Seattle's Minimum Wage May Go Up To $15 An Hour
The proposed plan would gradually increase the wage over the next several years. If approved by city lawmakers, it would be one of the highest minimum rates in the world.
What's the Latest Development?
Today (May 1) Seattle citizens learned of a proposed plan to raise the city's hourly minimum wage to US$15 over the next several years. If the plan is approved by local lawmakers, it would affect around 100,000 residents, and it would be the highest hourly minimum wage rate in the world when spending power is taken into account, surpassing Luxembourg's current rate of $13.35. Seattle seems to be following in the footsteps of the nearby suburb of SeaTac, which raised its minimum wage to $15 several months ago.
What's the Big Idea?
The fight to raise the national minimum wage took yet another hit in Congress this week when the Republicans blocked the Democrats' proposed hike to $10.10. Writer Tim Fernholz notes the basic challenge involved in raising the wage: While it "may lead to a reduction of low-skill jobs that can be done more productively with new technology, it also is an extremely effective poverty-reduction tool." Seattle's willingness to take on the challenge "will present a useful natural experiment for economists."
Photo Credit: Shutterstock.com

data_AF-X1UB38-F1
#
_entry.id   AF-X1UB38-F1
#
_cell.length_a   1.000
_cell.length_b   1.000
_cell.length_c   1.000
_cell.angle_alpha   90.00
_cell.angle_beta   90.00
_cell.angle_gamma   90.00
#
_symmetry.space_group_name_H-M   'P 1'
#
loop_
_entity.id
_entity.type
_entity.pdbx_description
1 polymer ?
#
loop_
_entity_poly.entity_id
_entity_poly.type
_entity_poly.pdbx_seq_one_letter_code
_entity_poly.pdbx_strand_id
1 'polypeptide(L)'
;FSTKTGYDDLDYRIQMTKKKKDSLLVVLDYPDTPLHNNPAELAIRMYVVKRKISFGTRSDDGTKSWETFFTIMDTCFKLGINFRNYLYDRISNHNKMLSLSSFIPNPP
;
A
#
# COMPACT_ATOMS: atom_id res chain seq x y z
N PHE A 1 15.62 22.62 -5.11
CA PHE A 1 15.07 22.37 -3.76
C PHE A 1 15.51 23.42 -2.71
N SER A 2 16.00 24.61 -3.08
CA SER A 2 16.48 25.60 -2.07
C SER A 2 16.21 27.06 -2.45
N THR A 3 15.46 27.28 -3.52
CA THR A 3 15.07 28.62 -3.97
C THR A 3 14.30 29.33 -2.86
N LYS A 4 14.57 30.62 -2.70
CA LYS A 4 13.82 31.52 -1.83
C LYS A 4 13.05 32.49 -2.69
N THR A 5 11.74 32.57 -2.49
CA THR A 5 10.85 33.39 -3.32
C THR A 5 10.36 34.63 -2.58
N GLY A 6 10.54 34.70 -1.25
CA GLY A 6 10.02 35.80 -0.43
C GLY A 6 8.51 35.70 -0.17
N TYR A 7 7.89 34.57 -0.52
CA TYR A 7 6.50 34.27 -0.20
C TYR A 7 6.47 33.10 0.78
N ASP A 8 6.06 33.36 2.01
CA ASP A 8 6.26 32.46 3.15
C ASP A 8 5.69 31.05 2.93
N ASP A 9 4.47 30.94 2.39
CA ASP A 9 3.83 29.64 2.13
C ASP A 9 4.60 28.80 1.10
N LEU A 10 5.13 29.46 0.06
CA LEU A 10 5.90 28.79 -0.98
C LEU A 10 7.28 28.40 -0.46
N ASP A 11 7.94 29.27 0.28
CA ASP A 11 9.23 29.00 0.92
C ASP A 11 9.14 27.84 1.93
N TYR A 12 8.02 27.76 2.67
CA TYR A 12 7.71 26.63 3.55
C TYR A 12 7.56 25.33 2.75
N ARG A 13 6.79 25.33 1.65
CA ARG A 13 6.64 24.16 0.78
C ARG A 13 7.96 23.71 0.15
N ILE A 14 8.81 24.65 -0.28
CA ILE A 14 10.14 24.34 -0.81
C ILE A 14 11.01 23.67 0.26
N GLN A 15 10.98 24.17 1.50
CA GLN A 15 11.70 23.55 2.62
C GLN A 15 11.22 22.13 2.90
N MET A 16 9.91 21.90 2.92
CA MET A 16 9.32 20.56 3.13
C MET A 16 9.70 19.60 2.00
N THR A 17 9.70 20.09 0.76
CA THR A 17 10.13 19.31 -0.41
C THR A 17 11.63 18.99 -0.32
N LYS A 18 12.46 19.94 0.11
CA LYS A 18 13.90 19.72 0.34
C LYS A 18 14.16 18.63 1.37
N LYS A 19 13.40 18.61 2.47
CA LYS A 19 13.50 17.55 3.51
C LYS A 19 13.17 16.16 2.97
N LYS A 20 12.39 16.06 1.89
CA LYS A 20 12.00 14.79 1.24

Sharon Salzberg, world-renowned mindfulness leader, teaches meditation at Big Think Edge.
- Try meditation for the first time with this guided lesson or, if you already practice, enjoy being guided by a world-renowned meditation expert.
- Sharon Salzberg teaches mindfulness meditation for Big Think Edge.
- Subscribe to Big Think Edge before we launch on March 30 to get 20% off monthly and annual memberships.
A new computer model solves a pair of Jovian riddles.
- Astronomers have wondered how a gas giant like Jupiter could sit in the middle of our solar system's planets.
- Also unexplained has been the pair of asteroid clusters in front of and behind Jupiter in its orbit.
- Putting the two questions together revealed the answer to both.
They didn't know it, but the rituals of Iron Age Scandinavians turned their iron into steel.
- Iron Age Scandinavians only had access to poor quality iron, which put them at a tactical disadvantage against their neighbors.
- To strengthen their swords, smiths used the bones of their dead ancestors and animals, hoping to transfer the spirit into their blades.
- They couldn't have known that in so doing, they actually were forging a rudimentary form of steel.
Artists and fans are the big losers as bot-powered scalpers make a killing.
- The secondary ticketing market is predicted to grow to $15.19 billion next year.
- Artists, athletes, management, and venues see none of this revenue—it all goes to scalpers and ticketing agencies.
- Some companies are likely in breach of anti-trust laws, but no one seems to be regulating the industry.
SMARTER FASTER trademarks owned by The Big Think, Inc. All rights reserved.